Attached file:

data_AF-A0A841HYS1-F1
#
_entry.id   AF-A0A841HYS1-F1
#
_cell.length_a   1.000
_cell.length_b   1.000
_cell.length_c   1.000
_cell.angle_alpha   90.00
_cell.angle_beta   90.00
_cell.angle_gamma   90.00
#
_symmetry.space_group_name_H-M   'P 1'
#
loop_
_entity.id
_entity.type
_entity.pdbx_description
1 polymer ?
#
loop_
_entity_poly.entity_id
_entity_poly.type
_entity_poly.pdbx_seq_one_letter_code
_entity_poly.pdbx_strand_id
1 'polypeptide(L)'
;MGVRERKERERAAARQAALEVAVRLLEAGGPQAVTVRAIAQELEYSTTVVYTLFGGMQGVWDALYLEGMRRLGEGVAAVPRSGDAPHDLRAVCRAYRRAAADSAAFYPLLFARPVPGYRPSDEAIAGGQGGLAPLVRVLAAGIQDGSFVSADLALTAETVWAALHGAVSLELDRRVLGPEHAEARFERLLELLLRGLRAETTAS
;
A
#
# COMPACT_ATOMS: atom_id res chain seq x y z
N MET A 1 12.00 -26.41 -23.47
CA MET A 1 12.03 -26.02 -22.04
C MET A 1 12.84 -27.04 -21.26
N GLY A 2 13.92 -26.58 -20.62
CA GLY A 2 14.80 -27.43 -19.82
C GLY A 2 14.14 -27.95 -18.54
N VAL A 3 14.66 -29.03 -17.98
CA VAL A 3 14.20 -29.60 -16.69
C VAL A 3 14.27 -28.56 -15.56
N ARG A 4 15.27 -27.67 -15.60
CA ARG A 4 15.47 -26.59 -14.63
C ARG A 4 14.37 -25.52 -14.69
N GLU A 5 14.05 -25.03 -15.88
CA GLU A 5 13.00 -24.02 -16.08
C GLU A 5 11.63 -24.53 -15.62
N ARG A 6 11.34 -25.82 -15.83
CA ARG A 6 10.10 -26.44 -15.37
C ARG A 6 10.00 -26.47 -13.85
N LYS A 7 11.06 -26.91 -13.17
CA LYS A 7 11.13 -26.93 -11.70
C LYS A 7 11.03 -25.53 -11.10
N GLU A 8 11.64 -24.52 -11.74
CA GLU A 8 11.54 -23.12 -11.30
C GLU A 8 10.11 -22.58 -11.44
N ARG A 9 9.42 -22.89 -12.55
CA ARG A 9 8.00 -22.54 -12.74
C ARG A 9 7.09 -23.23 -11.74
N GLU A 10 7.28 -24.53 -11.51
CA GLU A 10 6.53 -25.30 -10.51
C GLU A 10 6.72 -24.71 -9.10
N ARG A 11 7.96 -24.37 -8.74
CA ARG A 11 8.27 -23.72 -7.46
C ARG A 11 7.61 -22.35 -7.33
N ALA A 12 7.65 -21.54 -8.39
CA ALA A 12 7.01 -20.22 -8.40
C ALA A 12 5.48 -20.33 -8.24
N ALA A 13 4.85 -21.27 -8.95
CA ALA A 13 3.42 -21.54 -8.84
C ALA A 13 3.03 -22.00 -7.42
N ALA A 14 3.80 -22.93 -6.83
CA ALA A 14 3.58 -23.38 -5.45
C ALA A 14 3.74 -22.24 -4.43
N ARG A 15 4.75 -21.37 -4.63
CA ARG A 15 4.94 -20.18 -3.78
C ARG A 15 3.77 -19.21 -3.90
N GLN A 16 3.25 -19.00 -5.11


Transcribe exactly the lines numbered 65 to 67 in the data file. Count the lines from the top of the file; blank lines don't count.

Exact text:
CA ALA A 12 7.01 -20.22 -8.40
C ALA A 12 5.48 -20.33 -8.24
N ALA A 13 4.85 -21.27 -8.95